Review: could Marijuana cause Shingles?
We study 1,022 people who have side effects while taking Marijuana from FDA and social media. Find out below who they are, when they have Shingles and more.
Stay connected: get help anytime and anywhere for people who take Marijuana and have Shingles >>>
Marijuana (latest outcomes from 1,313 users) has active ingredients of marijuana. It is often used in stress and anxiety.
Shingles (a painful, contagious rash caused by the chickenpox virus) (latest reports from 116,544 patients) has been reported by people with rheumatoid arthritis, multiple sclerosis, osteoporosis, high blood pressure, multiple myeloma.
On Jul, 12, 2014: 1,018 people reported to have side effects when taking Marijuana. Among them, 1 people (0.10%) has Shingles. They amount to 0.00% of all the 116,044 people who have Shingles on eHealthMe.
Time on Marijuana when people have Shingles * :
Gender of people who have Shingles when taking Marijuana * :
Age of people who have Shingles when taking Marijuana * :
Severity of Shingles when taking Marijuana ** :
How people recovered from Shingles ** :
Top conditions involved for these people * :
- Ankylosing spondylitis (1 people, 100.00%)
- Herpes virus infection (1 people, 100.00%)
- Pain (1 people, 100.00%)
Top co-used drugs for these people * :
- Lisinopril (1 people, 100.00%)
- Actiq (1 people, 100.00%)
- Zinc (1 people, 100.00%)
- Zetia (1 people, 100.00%)
- Multi-vitamin (1 people, 100.00%)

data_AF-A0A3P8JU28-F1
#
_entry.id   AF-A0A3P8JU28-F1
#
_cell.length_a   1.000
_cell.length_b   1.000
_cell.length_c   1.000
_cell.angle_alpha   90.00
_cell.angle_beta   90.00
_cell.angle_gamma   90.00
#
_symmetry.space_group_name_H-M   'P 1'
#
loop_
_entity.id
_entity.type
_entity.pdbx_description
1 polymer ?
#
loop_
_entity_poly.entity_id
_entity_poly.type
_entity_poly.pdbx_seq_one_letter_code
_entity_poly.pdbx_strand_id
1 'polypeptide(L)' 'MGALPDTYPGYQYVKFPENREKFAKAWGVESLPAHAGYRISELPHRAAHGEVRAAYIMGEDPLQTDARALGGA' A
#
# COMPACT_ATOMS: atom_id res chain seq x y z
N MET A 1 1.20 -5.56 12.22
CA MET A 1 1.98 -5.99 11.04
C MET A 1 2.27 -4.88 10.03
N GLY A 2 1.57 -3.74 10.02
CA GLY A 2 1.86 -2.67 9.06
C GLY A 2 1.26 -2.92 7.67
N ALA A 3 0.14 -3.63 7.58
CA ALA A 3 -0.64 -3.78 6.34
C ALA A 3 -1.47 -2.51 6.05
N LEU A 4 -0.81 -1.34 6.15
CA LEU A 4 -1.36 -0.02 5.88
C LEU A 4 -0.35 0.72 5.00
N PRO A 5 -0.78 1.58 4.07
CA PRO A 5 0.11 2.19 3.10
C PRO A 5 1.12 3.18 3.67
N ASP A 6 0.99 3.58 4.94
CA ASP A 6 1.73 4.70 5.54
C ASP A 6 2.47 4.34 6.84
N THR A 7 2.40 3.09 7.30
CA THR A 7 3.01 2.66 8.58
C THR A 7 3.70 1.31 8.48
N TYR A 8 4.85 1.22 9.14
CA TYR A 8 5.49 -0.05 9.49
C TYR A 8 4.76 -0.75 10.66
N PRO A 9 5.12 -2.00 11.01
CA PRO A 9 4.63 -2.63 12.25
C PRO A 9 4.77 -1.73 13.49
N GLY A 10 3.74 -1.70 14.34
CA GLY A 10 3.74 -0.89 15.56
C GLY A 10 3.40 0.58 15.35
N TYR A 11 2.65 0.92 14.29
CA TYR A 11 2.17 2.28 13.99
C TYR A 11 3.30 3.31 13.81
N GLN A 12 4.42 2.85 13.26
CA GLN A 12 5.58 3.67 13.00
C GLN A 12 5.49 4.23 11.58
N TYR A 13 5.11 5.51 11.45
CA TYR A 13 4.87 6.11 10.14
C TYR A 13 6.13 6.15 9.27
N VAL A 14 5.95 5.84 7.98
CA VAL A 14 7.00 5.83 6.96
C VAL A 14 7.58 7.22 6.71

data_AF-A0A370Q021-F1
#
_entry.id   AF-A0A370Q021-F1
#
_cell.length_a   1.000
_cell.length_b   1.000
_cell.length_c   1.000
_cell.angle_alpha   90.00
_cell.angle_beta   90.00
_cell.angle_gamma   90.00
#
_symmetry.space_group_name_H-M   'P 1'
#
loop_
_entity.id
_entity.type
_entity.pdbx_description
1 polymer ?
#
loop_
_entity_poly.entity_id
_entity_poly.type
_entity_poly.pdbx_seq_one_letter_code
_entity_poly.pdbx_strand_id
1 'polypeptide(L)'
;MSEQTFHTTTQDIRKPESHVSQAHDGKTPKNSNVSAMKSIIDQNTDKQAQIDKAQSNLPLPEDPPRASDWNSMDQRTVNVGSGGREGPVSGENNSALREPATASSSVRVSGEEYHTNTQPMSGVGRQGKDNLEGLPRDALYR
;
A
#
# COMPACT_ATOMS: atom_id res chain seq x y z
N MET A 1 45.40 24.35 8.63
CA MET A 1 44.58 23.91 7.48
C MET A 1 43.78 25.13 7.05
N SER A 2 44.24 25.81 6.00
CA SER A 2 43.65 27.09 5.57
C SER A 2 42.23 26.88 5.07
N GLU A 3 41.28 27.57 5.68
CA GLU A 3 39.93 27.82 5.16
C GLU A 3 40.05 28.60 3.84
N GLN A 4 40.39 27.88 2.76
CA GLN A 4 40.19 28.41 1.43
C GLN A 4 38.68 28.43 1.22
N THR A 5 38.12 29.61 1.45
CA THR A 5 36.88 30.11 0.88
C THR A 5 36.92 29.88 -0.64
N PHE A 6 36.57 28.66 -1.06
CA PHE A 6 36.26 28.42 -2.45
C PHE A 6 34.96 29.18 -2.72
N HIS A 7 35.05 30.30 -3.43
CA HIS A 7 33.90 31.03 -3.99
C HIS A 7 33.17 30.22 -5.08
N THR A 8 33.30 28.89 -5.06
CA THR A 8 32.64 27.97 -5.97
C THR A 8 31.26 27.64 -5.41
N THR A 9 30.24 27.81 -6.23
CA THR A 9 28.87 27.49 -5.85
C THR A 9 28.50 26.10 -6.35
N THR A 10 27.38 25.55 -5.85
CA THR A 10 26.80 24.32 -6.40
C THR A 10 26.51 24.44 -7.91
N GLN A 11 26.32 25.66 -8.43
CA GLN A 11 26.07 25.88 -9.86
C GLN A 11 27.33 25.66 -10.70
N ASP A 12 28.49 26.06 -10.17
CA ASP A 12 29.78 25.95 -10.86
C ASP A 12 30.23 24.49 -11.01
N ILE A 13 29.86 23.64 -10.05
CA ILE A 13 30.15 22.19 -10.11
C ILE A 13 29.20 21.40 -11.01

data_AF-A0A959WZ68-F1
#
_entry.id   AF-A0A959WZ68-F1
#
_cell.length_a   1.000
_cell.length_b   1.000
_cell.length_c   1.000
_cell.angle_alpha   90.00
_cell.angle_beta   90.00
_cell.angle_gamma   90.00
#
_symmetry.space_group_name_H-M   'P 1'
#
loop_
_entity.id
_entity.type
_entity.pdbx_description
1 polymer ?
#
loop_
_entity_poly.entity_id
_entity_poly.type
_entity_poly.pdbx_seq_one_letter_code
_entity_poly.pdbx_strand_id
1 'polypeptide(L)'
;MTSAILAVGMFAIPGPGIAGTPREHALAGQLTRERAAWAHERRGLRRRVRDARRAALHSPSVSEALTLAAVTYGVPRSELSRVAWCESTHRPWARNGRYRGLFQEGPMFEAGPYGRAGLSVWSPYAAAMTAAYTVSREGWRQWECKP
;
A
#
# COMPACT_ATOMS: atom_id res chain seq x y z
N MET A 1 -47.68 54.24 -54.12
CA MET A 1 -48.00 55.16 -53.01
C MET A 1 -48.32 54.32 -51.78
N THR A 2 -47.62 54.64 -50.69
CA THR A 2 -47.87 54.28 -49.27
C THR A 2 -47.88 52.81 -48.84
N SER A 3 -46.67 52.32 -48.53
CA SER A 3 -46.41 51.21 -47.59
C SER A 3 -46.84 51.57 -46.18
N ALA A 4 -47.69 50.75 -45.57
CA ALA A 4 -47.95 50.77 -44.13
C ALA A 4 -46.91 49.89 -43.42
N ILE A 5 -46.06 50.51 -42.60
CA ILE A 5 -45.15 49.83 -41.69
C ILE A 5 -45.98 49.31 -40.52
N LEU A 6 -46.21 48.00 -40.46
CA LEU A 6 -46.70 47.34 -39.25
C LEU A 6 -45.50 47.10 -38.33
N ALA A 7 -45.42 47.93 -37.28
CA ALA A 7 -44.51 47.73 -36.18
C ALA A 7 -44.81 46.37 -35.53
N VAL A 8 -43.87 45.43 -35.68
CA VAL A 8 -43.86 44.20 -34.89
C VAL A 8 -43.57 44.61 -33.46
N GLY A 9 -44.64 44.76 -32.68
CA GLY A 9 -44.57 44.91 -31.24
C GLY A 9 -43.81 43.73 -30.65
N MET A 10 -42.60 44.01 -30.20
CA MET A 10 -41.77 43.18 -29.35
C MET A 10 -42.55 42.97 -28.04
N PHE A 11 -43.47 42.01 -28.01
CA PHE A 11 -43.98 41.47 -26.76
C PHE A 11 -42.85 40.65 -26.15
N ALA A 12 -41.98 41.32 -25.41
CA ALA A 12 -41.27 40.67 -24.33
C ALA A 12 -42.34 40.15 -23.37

* Approximation only. Some reports may have incomplete information.
** Reports from social media are used.
How to use the study: print a copy of the study and bring it to your health teams to ensure drug risks and benefits are fully discussed and understood.
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On eHealthMe, Marijuana (marijuana) is often used for stress and anxiety. Find out below the conditions Marijuana is used for, how effective it is, and any alternative drugs that you can use to treat those same conditions.
What is Marijuana used for and how effective is it:
Other drugs that are used to treat the same conditions:
Could it be a symptom from a condition:
Drugs in real world that are associated with:
Could your condition cause it?
NOTE: The study is based on active ingredients and brand name. Other drugs that have the same active ingredients (e.g. generic drugs) are NOT considered.
WARNING: Please DO NOT STOP MEDICATIONS without first consulting a physician since doing so could be hazardous to your health.
DISCLAIMER: All material available on eHealthMe.com is for informational purposes only, and is not a substitute for medical advice, diagnosis, or treatment provided by a qualified healthcare provider. All information is observation-only, and has not been supported by scientific studies or clinical trials unless otherwise stated. Different individuals may respond to medication in different ways. Every effort has been made to ensure that all information is accurate, up-to-date, and complete, but no guarantee is made to that effect. The use of the eHealthMe site and its content is at your own risk.
You may report adverse side effects to the FDA at http://www.fda.gov/medwatch/ or 1-800-FDA-1088 (1-800-332-1088).
If you use this eHealthMe study on publication, please acknowledge it with a citation: study title, URL, accessed date.